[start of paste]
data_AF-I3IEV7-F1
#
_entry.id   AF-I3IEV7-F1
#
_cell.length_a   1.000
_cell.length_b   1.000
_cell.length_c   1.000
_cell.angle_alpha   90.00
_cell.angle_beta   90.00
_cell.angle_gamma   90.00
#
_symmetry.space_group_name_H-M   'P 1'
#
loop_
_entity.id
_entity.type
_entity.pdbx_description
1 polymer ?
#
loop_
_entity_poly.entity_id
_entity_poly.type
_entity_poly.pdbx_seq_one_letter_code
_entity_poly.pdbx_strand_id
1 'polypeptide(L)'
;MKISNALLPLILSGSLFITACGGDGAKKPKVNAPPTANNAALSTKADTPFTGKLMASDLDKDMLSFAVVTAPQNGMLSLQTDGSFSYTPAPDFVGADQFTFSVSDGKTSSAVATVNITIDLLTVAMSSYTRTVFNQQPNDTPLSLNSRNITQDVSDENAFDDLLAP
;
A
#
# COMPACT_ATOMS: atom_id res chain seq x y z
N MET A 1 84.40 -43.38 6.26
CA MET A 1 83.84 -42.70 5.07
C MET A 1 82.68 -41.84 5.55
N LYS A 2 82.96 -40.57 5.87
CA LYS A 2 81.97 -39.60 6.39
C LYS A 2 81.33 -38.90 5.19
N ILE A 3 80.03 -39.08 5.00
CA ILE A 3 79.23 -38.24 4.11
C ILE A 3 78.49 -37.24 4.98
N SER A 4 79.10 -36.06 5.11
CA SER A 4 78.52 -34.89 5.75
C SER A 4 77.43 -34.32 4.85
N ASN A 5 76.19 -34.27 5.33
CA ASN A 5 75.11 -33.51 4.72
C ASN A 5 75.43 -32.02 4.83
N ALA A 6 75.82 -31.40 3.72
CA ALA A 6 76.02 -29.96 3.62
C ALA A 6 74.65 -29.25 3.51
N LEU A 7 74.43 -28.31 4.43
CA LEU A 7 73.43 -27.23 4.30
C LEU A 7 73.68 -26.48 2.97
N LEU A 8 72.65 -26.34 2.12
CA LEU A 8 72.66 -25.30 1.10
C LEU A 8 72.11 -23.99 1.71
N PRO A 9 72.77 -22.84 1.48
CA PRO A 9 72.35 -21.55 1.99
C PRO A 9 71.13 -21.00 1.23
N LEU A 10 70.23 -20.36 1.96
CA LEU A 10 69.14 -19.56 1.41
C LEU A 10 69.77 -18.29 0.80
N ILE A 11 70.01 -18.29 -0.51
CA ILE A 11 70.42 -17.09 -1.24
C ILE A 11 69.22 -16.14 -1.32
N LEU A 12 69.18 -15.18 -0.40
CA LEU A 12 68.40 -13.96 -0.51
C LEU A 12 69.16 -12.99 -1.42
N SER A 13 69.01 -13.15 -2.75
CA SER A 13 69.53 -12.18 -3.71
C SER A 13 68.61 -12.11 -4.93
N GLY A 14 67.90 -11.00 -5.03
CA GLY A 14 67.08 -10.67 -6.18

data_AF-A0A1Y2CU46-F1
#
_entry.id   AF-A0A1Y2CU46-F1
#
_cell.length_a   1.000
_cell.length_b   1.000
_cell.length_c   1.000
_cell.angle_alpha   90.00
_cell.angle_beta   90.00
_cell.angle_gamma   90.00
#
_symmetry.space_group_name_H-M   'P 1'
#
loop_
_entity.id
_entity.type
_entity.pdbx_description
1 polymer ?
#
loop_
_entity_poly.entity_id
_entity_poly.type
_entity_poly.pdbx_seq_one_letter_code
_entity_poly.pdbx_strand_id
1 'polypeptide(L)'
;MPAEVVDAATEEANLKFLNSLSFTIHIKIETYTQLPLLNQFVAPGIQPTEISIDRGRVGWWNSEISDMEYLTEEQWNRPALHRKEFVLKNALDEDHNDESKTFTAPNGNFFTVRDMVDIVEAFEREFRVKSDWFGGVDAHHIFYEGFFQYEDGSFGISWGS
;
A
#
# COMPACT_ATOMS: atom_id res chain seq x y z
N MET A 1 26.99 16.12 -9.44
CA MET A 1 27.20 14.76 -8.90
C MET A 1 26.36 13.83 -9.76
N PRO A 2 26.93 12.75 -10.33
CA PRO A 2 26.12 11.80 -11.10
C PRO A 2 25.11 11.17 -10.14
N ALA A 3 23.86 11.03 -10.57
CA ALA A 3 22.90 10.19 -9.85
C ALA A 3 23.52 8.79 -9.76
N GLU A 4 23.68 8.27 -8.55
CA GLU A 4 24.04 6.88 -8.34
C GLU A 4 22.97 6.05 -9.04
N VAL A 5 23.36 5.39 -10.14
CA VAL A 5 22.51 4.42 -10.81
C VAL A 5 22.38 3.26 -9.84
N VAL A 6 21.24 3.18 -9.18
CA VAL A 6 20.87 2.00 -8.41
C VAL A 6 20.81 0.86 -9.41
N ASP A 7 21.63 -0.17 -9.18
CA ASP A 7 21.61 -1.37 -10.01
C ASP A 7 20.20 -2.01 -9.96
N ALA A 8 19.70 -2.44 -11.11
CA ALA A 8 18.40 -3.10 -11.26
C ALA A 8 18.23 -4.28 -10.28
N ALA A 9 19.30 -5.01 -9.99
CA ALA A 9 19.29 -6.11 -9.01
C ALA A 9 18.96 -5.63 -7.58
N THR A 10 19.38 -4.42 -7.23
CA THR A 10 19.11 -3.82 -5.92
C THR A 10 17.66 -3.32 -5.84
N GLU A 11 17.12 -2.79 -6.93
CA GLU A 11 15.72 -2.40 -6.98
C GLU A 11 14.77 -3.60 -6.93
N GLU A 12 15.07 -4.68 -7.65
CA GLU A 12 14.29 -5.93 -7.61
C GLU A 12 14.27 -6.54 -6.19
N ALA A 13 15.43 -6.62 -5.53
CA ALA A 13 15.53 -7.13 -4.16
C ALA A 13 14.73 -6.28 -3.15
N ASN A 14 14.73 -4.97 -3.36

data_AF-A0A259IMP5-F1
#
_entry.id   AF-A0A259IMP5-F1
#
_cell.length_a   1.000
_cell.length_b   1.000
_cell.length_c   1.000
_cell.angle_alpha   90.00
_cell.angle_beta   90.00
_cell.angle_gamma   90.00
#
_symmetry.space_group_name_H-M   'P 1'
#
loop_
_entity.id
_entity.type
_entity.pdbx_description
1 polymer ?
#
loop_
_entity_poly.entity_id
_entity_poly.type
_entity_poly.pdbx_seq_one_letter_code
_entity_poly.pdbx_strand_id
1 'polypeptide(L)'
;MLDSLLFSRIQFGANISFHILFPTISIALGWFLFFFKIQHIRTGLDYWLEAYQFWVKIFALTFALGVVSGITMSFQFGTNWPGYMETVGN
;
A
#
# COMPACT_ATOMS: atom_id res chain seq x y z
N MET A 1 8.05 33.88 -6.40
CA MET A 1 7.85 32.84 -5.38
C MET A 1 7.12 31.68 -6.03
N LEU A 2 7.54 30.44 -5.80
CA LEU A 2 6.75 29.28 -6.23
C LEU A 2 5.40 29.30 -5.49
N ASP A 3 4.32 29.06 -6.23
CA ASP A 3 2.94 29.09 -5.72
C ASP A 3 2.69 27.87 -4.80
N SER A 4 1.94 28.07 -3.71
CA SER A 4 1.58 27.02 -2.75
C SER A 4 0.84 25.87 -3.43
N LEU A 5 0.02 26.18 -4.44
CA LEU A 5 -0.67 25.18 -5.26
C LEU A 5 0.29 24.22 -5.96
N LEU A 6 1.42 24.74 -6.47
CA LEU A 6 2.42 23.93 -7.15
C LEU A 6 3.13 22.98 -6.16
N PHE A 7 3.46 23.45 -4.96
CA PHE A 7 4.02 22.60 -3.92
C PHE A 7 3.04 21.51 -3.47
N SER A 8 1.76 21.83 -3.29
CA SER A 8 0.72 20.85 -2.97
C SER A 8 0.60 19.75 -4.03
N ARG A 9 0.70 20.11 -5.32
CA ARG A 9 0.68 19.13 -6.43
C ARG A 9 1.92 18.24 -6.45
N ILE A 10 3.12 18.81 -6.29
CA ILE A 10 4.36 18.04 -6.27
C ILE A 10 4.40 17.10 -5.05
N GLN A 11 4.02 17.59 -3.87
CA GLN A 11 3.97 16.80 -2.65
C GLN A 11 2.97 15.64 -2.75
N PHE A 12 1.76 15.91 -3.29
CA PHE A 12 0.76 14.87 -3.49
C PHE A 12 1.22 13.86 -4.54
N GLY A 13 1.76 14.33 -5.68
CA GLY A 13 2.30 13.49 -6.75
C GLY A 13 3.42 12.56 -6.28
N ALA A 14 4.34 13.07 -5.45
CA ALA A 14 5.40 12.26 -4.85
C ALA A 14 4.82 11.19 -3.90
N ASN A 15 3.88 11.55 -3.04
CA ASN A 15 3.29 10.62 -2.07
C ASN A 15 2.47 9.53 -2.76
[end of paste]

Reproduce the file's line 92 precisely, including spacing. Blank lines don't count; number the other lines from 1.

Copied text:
_entity_poly.entity_id